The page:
Information, tips, tricks and sample code for Big Data Warehousing in an autonomous, cloud-driven world

Accessing Oracle Cloud Infrastructure Resources from Your Autonomous Database using Resource Principal

Can Tuzla
Principal Product Manager

As we covered in a previous blog post, Autonomous Database on Shared Infrastructure (ADB-S) users often interact with other Oracle Cloud Infrastructure (OCI) resources to perform various common operations such as loading data from the Object Storage or creating an external table. The main goal of that blog post was to explain and demonstrate the available methods to create a credential object which is a requirement for ADB-S to access Object Storage. Using an auth token or OCI native authentication is still fully supported and if you’d like to learn more about them, you might want to take a look here. However, in this blog post we are going to be talking about a new concept that makes things a bit more interesting and easier, called OCI resource principal!

I’m excited to announce that ADB-S now supports OCI resource principal authentication. What does this mean for you? Let’s first start with understanding what a resource principal is. OCI resource principal is principal type in Oracle Identity and Access Management (IAM) that eliminates the need to create and configure OCI user credential objects in the database. In other words, a resource principle uses a certificate that is frequently refreshed to sign the API calls to certain OCI services (e.g. Object Storage, Vault) and the authorization is established through dynamic groups and IAM policies. A dynamic group is a logical group of OCI resources that you create while a policy is a statement (or list of statements) that specifies who can access which OCI resources that you have. If you’d like to learn more about dynamic groups, policies, or IAM in general, you can check out the documentation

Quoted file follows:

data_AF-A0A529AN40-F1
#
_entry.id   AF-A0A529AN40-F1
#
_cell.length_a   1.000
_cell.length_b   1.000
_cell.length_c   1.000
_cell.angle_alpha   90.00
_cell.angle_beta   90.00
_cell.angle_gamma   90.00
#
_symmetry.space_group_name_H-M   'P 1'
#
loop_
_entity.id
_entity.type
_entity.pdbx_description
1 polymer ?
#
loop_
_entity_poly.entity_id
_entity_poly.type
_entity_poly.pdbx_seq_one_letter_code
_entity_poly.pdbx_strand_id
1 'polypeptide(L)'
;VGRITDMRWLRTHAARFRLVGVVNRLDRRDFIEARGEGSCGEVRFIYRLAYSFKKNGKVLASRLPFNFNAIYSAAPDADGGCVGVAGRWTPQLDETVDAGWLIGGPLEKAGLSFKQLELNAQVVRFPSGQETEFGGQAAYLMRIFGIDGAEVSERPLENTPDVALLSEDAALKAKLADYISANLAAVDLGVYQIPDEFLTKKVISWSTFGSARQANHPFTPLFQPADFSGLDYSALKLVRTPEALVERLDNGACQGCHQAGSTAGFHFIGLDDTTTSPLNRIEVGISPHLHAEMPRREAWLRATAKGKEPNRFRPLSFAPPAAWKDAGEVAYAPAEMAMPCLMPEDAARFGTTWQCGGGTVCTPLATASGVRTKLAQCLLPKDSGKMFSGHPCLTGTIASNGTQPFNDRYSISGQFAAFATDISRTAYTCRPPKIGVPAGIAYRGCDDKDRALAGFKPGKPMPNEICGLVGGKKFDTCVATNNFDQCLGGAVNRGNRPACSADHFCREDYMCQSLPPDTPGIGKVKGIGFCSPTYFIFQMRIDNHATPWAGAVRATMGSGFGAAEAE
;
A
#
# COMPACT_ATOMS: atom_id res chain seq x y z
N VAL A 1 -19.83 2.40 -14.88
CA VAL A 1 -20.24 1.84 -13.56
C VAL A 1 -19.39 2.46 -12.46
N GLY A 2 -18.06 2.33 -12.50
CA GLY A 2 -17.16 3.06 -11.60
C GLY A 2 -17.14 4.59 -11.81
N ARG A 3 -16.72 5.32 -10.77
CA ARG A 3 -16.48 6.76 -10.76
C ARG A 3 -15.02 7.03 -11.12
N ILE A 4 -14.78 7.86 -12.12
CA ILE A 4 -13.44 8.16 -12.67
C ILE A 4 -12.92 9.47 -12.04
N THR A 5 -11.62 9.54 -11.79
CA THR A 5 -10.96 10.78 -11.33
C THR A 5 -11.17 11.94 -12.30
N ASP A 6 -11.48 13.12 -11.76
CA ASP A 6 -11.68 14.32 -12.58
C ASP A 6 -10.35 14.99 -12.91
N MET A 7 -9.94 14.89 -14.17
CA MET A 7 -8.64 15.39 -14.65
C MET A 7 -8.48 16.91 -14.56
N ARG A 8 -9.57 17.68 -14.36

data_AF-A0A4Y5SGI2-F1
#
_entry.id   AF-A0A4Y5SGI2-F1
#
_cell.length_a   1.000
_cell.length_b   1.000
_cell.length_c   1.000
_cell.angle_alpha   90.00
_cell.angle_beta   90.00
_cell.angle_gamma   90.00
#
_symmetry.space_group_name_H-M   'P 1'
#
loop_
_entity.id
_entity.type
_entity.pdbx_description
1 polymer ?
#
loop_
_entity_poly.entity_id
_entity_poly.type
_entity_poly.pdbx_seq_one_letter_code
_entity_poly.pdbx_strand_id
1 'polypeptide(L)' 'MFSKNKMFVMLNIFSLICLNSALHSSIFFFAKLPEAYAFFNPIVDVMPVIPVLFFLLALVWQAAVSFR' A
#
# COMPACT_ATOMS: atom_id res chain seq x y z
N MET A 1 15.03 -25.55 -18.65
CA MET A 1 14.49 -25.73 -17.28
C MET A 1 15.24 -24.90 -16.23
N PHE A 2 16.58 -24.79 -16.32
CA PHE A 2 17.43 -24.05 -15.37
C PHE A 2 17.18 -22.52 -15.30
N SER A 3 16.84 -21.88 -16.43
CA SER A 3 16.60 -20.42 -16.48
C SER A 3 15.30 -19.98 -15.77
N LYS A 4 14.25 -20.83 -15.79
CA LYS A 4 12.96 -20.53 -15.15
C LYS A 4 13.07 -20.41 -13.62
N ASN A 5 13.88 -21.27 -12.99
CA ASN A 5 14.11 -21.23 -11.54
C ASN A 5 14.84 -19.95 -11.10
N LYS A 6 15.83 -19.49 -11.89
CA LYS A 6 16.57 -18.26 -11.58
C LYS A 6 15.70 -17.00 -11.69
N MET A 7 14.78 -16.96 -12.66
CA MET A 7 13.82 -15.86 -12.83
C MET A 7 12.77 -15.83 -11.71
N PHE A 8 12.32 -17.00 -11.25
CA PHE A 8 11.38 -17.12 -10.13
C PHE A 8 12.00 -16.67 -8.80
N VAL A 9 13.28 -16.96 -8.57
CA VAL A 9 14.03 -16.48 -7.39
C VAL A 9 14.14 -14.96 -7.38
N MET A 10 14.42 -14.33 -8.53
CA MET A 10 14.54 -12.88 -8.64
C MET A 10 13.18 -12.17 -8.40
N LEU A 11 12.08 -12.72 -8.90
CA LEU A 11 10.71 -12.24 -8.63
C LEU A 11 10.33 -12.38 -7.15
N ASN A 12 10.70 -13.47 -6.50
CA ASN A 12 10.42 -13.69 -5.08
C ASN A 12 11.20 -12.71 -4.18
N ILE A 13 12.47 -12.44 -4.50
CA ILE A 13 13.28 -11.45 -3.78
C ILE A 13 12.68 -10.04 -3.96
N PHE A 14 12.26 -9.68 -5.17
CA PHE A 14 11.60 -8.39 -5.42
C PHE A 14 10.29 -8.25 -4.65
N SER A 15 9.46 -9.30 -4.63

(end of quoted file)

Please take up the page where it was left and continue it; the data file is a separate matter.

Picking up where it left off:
Let’s get started with the fun part… a quick demo! In the remainder of this blog post, I’m going to demonstrate how to load data into my ADB-S instance from Object Storage using OCI resource principle. Here’re the steps that we are going to follow:

  • Create a dynamic group and a policy
  • Enable resource principal in ADB-S
  • Load data from Object Storage using resource principal

Create a dynamic group and policy

As we covered earlier, we need to first create a dynamic group and a policy to be able to use resource principal authentication. This is basically how we will be able tell IAM that a given Autonomous Database should be able to read from the Object Storage buckets and objects that are in a given compartment.

  • In the OCI console, go to ‘Identity and Security’ -> ‘Dynamic Groups’ -> ‘Create Dynamic Group
  • Since I want to include only my ADB-S instance to this dynamic group, I need to add the OCID of my instance in the following rule:
    resource.id = 'ocid1.autonomousdatabase.oc1.iad.osbgdthsnmakytsbnjpq7n37q'

Here's how my dynamic group looks after creation:

Please note that you can add multiple resources in your dynamic groups (e.g. all Autonomous Databases in the tenancy or in a given compartment). You can check out our documentation here for other examples.